Hikers, bikers benefit from Belle Vernon senior's Eagle Scout project
He has not fired a bazooka ... yet.
But, for his Eagle Scout project he has built an Adirondack shelter for overnight campers.
As a victim in a disaster day program, which simulated a bombing in a public venue, he was flown on a C130 transport from Pittsburgh to Westover Air Force base in Massachusetts.
As Garrett Harkins begins his senior year at Belle Vernon Area High school, he already has some good stories for show-and-tell.
Chuckling, Harkins recalls his introduction to Scouting when, as a first-grader, he received a pamphlet detailing the organization's objectives and programs.
“It looked interesting, especially the picture of the kids playing with a bazooka on the pamphlet's cover,” he recalled.
“Actually, I thought they were playing with a bazooka. They were really playing tug-of-war, but it looked like a bazooka to me and I thought it would be neat to shoot a bazooka.”
While he has yet to fire that bazooka, he has enjoyed the organization's numerous activities, from the ever-popular Pinewood Derby competition to the recent completion of his Eagle Scout project, the designing and construction of an Adirondack three-sided shelter with a roof and a floor, located in the hiker-biker area of Cedar Creek Park for overnight campers traveling on the Great Allegheny Passage adjacent to the Youghiogheny River in Rostraver Township.
Rick Brown, who became scoutmaster of Harkins' Troop 1543 of Belle Vernon earlier this year, after serving as assistant scoutmaster for three years, had no second thoughts about Harkins' ability to deliver on the project.
“Garrett's organizational skills and leadership qualities are two of his strengths,” Brown said. “He will take charge, and he makes sure things get done. Garrett is an active Scout and our senior patrol leader. In fact, this is the second time he has served as senior patrol leader, a position that emphasizes those leadership qualities. He is helpful to younger scouts and teaches what they need to know. He always has time for our younger scouts. As scoutmaster I am proud of his accomplishments.”
When Harkins decided on his project, he explained to Brown what needed to be done and took charge in every aspect, Brown continued. “Much thought and work went into the project and he did a really good job with the shelter. It will be well-used,” Brown added. “Garrett is eager to participate in all scouting events, such as hiking and biking, including biking from Meyersdale to Washington, D.C., and recently from D.C. to Cedar Creek Park.”
All that stands between Harkins and receipt of the award is submittal of paperwork, followed by the Eagle Board of Review.
Once approved for the project, Harkins received funding from the Rotary Club and Champion Lumber in Champion Pa donated rough cut lumber for the siding. Construction commenced in early May and the physical work was completed on June 14. Assisting Harkins with the construction were his father, Ken; fellow scout Jonas Cramer and his father, David; and 30 members of Cub Scout Pack 1590 from Rehoboth Church in Rostraver, who helped unload and carry the lumber. Other scouts also participated in construction of the shelter, which involved some 185 man-hours.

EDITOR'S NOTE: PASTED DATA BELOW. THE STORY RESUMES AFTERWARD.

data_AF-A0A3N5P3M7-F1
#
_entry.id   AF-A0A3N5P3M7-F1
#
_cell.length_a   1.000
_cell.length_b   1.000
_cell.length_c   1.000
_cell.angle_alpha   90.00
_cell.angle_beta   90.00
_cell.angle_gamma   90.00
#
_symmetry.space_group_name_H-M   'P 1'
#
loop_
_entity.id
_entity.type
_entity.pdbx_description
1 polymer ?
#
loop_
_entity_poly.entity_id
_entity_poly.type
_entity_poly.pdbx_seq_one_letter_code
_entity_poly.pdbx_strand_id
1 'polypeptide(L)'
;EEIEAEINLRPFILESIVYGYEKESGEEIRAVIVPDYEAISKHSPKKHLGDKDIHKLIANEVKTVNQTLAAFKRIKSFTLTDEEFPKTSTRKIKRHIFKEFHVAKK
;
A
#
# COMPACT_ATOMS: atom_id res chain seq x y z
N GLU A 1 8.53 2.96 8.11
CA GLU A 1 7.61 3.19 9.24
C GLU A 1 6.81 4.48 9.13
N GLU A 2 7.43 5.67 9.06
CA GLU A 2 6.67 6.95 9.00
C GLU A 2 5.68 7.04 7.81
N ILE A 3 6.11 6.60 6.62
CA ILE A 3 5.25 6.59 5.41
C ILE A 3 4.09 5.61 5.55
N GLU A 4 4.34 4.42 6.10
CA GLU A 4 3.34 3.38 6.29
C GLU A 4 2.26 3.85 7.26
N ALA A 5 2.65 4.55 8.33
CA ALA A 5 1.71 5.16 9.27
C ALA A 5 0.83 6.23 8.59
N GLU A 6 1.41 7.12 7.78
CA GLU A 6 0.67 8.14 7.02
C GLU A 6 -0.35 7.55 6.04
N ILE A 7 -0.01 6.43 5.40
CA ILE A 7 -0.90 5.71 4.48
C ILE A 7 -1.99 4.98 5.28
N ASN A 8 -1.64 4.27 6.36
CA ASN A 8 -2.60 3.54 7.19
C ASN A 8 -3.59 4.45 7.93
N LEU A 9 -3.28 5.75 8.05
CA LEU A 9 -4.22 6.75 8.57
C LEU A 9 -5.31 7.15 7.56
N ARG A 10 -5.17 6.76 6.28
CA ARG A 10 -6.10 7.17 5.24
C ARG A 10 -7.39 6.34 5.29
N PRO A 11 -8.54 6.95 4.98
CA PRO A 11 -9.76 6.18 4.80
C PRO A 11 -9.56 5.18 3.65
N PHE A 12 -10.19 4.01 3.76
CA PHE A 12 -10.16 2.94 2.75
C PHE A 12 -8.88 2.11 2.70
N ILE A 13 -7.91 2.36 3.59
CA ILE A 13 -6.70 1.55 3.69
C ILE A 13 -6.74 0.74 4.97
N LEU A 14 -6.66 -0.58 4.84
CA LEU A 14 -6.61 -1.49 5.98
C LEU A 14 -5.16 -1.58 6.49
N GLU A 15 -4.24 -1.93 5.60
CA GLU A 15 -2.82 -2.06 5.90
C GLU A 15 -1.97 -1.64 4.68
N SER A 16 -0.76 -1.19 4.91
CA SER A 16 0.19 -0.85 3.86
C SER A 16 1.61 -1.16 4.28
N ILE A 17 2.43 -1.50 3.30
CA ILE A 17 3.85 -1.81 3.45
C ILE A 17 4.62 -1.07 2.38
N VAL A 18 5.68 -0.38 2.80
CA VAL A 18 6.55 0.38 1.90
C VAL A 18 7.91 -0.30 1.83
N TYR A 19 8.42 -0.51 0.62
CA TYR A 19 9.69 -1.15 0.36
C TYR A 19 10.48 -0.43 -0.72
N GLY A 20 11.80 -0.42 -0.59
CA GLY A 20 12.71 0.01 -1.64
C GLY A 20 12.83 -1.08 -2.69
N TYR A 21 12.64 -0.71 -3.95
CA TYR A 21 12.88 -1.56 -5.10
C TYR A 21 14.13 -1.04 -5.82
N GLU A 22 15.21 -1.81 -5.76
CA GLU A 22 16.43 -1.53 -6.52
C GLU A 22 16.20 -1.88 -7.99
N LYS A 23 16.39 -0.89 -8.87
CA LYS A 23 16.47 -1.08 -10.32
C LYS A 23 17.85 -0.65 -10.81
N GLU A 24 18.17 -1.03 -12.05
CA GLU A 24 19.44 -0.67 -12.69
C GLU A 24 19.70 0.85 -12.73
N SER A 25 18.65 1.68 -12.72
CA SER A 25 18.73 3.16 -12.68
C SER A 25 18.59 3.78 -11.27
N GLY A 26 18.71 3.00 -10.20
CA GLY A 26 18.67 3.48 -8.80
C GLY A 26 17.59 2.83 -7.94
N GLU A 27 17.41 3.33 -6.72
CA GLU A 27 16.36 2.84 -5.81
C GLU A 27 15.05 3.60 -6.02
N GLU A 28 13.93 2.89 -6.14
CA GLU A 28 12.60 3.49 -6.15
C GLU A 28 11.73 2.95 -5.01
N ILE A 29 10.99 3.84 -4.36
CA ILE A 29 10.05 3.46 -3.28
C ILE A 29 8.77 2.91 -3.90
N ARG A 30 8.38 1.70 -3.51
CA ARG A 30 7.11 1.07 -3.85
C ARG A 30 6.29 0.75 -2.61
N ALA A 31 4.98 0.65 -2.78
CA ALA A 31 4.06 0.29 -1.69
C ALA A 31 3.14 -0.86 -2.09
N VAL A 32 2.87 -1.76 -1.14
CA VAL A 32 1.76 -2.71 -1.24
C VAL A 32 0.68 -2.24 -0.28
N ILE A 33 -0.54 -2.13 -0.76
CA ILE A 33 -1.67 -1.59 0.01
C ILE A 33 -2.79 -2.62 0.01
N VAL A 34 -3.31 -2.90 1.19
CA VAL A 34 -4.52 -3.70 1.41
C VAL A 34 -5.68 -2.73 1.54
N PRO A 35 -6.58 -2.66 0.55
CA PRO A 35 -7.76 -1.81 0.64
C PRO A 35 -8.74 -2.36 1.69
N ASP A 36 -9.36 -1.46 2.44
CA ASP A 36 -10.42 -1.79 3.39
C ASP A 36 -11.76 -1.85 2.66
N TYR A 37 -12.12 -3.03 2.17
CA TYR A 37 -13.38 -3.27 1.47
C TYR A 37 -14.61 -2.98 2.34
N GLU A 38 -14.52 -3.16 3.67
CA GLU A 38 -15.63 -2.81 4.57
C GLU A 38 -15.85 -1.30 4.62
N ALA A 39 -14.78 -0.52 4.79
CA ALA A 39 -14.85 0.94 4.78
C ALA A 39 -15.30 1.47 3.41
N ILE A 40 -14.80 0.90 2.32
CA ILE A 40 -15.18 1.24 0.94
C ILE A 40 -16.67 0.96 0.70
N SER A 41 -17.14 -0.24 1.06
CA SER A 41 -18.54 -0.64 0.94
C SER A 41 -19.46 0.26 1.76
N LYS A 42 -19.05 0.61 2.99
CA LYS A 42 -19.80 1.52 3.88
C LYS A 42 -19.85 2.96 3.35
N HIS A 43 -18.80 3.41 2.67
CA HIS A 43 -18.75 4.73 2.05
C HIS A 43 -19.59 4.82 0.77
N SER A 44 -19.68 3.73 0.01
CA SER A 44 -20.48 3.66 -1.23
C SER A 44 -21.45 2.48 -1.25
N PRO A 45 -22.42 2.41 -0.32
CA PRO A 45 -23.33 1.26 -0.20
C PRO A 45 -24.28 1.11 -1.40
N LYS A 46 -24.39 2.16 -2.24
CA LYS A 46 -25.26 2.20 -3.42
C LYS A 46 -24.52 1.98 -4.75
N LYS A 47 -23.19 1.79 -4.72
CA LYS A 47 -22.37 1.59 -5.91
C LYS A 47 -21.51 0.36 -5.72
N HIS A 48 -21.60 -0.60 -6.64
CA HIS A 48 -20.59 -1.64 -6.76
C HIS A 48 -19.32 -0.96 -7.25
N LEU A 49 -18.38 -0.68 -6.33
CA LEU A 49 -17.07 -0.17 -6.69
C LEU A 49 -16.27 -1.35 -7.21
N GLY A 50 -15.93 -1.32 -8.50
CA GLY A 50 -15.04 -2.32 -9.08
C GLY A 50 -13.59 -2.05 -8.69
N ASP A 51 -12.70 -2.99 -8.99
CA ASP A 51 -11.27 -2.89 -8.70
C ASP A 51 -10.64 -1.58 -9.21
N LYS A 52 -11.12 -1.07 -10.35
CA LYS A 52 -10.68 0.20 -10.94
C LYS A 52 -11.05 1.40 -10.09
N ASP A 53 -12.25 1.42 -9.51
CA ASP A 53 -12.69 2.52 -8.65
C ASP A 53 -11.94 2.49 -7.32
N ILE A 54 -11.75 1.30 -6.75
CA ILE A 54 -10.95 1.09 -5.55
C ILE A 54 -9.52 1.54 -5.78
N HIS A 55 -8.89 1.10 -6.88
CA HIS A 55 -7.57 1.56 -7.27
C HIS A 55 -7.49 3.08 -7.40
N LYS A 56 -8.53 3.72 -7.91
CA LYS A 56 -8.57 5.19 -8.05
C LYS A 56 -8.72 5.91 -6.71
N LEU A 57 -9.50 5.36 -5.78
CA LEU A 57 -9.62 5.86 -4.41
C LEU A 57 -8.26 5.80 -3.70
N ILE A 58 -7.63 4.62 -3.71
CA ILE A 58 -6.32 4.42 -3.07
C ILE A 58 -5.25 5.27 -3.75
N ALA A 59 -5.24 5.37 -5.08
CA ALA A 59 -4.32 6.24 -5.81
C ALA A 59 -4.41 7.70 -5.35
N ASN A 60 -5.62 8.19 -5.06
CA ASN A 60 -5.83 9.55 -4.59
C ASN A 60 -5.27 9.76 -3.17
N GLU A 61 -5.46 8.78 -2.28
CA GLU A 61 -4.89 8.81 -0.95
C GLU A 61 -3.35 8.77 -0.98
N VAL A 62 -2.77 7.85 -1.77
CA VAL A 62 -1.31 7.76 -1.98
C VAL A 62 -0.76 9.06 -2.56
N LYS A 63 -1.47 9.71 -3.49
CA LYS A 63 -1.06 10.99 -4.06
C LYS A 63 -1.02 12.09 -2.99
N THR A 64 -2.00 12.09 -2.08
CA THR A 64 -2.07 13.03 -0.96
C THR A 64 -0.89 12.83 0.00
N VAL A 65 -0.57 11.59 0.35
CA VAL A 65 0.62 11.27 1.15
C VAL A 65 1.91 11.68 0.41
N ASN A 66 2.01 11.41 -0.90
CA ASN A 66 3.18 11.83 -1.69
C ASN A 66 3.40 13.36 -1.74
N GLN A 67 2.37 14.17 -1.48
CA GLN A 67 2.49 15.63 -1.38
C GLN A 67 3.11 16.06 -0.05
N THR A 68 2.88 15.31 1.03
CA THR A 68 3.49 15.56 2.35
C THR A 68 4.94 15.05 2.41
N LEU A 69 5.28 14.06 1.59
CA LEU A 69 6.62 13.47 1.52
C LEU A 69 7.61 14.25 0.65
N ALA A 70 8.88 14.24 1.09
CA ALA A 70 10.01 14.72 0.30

Bob Hand, former president and now one of three directors of the Westmoreland Yough Trail chapter of the Greater Allegheny Bike Trail, noted that “the stick-and-frame style shelter was sorely needed at that site. Garrett did an especially good job with the project. He completed it in a timely manner and also made improvements and upgraded the camp site. I'm very pleased with his work. Garrett is a personable individual and will be a good Eagle Scout.”
Through Scouting, Harkins has become a member of the Civil Air Patrol's Squadron 602, based at Allegheny County Airport. In conjunction with the CAP, Harkins has participated in the International Air Cadet Program, hosting two members from the United Kingdom via the Student Exchange Program.
“Hosting the students from the UK was a remarkable experience,” Harkins said. “Being with them gave me a first-hand look at their lives in the UK and enabled us to share our CAP experiences.”
Participating in the disaster drill gave Harkins an up-close-and-personal look at how an organization such as the Civil Air patrol, and other similar organizations, respond during emergency situations. Offered the opportunity to sit in the plane's cockpit en route from Pittsburgh to Massachusetts gave him a “perfect view of everything. It was an amazing experience.”
At Belle Vernon Area High School, Harkins is a member of the Leopards swim team, competing in the 50-meter freestyle, 100-meter freestyle, medley relay and 400-meter freestyle relay events. He also plays trumpet in the Symphonic Concert Band. Outside of school, Harkins is an altar server at the Church of St. Ann in Rosatraver, a member of the Youth Group at Gospel Alliance Church, and is employed by Hazelbaker's Canoe Rental in Dawson.
Enrolled in all accelerated classes, robotics has been his clear-cut favorite, he said. In fact, even though he completed all course requirements last year, he “will repeat the class this year even though it will be a noncredit class for me,” he explained. “That's how much I enjoyed the class. We use remote-controlled robots, which are equipped with cameras and an LCD display.”
Thanks to his robotics' and Civil Air Patrol experiences, Harkins is looking at the Air Force Academy, as well as the ROTC programs at Penn State and Virginia Tech for his post-secondary educational opportunities.
“I'm exploring computer and electronics or mechanical engineering careers,” he said. “I would like to design battlefield equipment, incorporating robotics and aerial drone issues involving troop support, using drone concepts.”
Les Harvath is a contributing writer for Trib Total Media.